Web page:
The third and last part of naturalism is that the laws of physics can’t be transcended or suspended. Since many miracles are said to be examples of the laws of physics being ignored, this means that if miracles happen, naturalism is false.
This also has to do with mechanisms. If naturalism is true, everything is the product of interactions within physics, and therefore can not somehow step outside of physics — there is no mechanism within physics that can go outside physics.
What is this Stuff?
Well, what is this matter-energy stuff? Around 1916, Einstein found out that matter and energy are really the same thing. It turns out that matter is a special bundling of energy. Matter doesn’t really exist as an actual solid per se. Instead everything is energy, e = mc2 style.
What is energy made of? That’s the current frontier of physics. No one knows for sure yet. The current data seems to be pointing toward some sort of string theory variant.
Now we move onto space-time. It’s also weird to think about, but space and time are all kind of the same thing as well. It’s all a four or more dimensional universe. General relativity showed us that gravity comes from the bending of space-time. While it’s not conclusively known, new research also points to the idea that all physical laws may also be reducible to the bending of space-time.
Dummies.com has made three guides that makes space-time, matter-energy, and the special theory of relativity pretty easy to understand, so I don’t feel the need to reinvent the wheel and elaborate. See their guide on gravity as geometry, gravity as acceleration, and space-time / matter-energy.
Love and Other Abstract Things
While gravity, trees, rocks, and rivers all exist “out there” in the world, what about things like love? Does love exist?
All of this is the fault of Plato. He made this theory of forms which stated that things like the literal number 4 itself, the quality of love, and the redness of red, all exist in some magical supernatural realm.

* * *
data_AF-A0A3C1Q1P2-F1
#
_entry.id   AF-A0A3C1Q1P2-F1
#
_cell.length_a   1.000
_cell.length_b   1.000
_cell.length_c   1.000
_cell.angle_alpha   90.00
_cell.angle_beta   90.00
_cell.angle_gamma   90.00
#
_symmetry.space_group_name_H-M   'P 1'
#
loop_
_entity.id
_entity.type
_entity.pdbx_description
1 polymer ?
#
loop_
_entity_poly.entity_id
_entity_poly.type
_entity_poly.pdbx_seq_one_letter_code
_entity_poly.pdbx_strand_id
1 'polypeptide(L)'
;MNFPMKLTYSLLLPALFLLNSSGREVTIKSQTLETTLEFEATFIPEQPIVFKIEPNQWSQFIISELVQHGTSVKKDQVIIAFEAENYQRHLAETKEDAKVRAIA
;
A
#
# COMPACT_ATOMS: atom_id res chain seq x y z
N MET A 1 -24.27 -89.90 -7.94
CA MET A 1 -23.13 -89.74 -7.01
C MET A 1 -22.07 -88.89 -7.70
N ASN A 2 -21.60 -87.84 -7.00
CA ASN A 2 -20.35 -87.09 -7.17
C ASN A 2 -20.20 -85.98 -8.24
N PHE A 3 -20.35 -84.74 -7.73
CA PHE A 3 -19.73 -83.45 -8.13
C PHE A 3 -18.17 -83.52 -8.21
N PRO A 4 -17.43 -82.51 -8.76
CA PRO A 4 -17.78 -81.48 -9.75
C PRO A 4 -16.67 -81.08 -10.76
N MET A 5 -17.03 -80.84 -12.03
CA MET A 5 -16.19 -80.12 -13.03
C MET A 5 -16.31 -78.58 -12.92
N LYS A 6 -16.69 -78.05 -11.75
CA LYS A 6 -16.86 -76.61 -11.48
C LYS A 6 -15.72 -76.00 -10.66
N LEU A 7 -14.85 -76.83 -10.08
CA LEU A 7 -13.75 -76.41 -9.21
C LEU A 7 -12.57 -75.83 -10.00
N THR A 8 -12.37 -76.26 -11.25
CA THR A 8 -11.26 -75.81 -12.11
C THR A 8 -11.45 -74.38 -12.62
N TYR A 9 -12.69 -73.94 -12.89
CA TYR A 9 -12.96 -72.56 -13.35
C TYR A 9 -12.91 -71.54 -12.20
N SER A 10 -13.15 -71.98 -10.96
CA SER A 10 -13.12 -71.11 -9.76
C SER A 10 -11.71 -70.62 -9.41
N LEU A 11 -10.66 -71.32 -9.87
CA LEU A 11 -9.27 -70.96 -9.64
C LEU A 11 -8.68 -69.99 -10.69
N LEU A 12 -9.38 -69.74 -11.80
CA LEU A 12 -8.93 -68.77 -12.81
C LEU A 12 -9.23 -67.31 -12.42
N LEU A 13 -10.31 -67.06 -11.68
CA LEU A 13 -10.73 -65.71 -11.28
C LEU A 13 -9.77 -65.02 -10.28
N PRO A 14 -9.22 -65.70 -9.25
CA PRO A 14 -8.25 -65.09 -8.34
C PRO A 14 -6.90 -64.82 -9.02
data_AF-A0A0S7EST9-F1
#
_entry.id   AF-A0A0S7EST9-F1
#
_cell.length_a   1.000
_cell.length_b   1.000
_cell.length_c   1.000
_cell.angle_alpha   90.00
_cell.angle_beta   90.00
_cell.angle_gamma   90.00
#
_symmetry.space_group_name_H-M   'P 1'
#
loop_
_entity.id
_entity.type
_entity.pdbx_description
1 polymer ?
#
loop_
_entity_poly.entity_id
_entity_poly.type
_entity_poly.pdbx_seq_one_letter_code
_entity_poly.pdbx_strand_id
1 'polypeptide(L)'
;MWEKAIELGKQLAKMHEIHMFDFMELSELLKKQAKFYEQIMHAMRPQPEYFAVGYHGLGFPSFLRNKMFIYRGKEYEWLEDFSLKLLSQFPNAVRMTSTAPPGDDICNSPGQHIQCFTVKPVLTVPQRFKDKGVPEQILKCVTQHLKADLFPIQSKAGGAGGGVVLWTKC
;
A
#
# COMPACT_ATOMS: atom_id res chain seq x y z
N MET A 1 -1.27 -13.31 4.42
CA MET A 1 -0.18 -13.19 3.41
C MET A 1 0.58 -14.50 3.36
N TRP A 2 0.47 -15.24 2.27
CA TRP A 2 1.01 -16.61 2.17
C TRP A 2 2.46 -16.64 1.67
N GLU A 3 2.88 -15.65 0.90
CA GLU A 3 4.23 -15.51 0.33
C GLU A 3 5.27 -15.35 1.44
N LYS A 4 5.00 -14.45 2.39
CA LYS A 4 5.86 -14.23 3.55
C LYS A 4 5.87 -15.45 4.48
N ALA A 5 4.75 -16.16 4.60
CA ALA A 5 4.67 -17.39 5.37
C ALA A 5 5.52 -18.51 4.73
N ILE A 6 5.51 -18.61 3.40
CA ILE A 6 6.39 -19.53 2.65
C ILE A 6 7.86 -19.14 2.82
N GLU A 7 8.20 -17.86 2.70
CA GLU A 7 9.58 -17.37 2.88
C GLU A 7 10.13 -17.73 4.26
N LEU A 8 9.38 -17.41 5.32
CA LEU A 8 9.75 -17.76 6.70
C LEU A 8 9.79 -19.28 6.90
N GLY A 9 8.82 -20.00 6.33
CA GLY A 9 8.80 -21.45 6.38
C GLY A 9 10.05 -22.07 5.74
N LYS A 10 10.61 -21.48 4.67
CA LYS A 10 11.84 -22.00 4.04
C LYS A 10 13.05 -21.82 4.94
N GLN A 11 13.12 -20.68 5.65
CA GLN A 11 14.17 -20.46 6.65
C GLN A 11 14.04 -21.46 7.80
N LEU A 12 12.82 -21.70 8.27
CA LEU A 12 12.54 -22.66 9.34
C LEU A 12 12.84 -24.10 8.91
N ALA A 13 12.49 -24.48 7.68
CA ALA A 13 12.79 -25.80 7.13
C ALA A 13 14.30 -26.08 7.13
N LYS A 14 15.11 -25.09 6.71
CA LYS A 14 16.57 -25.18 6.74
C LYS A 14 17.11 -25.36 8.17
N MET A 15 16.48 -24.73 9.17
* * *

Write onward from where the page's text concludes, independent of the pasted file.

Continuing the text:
Here’s another key to naturalism. Denying the supernatural does not mean denying everything within Plato’s realm. Rather, things can exist as abstractions or patterns. These things exist in our brain. For example, we can look at an apple and see that it reflects light at our eye between 630 and 740 nanometers. Our brain interprets this incoming light as red. We then can form a pattern of every single object that reflects a similar kind of red at us and group them into a pattern. We call this pattern “red”.
When we talk about love, we’re talking about a very specific phenomena of emotion that happens to us, and hopefully another person. Love is also an abstraction of similar experiences, grouped together as a pattern and called “love”. This also exists in our brain along with all other emotions, which are different patterns of experiences.
The number 4 also doesn’t literally exist. It isn’t some transcendent being. Instead, we can see four things. We can group every single time we’ve seen four things or imagined four things and abstract them into a group and call this group the concept of “four”.
Naturalism vs. Supernaturalism
So how do we tell naturalism from supernaturalism? Well, it really depends on how things are being described. For instance, consider the soul. The soul is commonly considered supernatural, and if the soul refers to something that is not reducible to purposeless interactions but instead is fundamentally purposeful and capable of transcending physics, then the soul is supernatural.